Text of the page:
Press Release

Majority of Muslims in Europe feel well-represented by religious communities

03. May 2021
Pressemitteilung/press release

Bekir Altaş, Secretary General of Islamic Community Millî Görüş (IGMG), released a statement on the occasion of a research conducted on behalf of German Islam Conference (DIK), titled “Muslim Life in Germany 2020” (Muslimisches Leben in Deutschland 2020). In his statement Altaş said that “Islamic communities that are under the umbrella of Coordination Council of Muslims in Germany (KRM) represent the concerns and interests of the Muslim population in Germany. The central finding of the research titled ‘Muslim Life in Germany 2020’ is this. Both the Federal government and the state governments should reconsider their existing policies that disregard the Muslims in Germany.”

According to the findings of the aforementioned research, the majority of Muslims living in Germany feel themselves represented by the Islamic communities joined together under the umbrella of Coordination Council of Muslims in Germany (KRM). More than 80 percent of the Muslims of Turkish descent, the most populous group of these people, think that the Islamic communities under the KRM represent themselves. The recognition rate, on the other hand, is much higher. While one out of four Muslims of Turkish descent think that IGMG represent him or her, the recognition rate of IGMG is over 33%.

The statement of Altaş reads as follows: “The finding of the research is pretty clear: The Islamic communities that are contained within the structure of KRM represent the concerns and interests of the majority of 5,6 million Muslims living in Germany. The research also reveals that in terms of mosque visits, both IGMG and other religious communities within the KRM have high recognition rate. Thus, the myth that KRM has low representative power has now become history.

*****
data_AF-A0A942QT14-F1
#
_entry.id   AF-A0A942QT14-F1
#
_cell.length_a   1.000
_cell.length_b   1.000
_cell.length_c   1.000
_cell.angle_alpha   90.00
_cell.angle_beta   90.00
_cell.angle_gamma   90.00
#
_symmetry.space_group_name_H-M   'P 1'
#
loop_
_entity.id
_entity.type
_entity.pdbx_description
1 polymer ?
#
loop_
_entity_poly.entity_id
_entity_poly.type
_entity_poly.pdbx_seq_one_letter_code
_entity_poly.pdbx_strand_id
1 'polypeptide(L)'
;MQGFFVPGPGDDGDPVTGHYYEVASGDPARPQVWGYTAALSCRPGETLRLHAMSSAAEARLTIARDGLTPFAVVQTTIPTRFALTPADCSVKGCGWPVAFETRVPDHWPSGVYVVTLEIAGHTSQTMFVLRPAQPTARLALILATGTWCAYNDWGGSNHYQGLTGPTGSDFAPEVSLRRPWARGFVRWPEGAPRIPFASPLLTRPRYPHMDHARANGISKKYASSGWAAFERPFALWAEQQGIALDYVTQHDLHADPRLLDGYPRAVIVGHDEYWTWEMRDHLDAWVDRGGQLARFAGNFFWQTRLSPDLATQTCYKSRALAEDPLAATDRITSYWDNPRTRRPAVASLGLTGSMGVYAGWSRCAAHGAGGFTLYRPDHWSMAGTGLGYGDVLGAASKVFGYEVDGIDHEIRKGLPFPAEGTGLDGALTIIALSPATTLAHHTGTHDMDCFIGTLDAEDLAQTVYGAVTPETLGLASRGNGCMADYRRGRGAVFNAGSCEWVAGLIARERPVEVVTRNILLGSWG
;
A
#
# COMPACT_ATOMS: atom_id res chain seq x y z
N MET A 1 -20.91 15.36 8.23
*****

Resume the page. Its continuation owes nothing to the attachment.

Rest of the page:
On the other hand, the scope of the research does not allow us, unfortunately, to determine how frequently Muslims in Germany make use of mosques’ services apart from the religious practices. According to what the conductors of this research say, Islamic communities ‘have achieved’ connecting with younger generations. This is a result of dedicating spaces to both children and the youth, for uses that are not restricted to religious instruction or worship. These uses include leisure activities, education, counseling, sports etc.

The decision to not include KRM in meetings and processes concerning Muslims in Germany has always been explained by KRM’s lack of representative power. If Federal government and state governments wish their policies to gain more acceptance, they will have to pay more attention hereafter to who Muslims are represented by. A policy that disregard the Muslim population would cause discomfort and loss of trust.

The research also reveals some worrisome facts: More than one third of the Muslim women that do not wear headscarf point to the disadvantages and harassments they would face if they were to wear headscarf as one of the reasons for not wearing one. In this regard we share the opinion of the conductors of this research: ‘This situation must be thoroughly pondered on in the context of freedom of faith in Germany.’”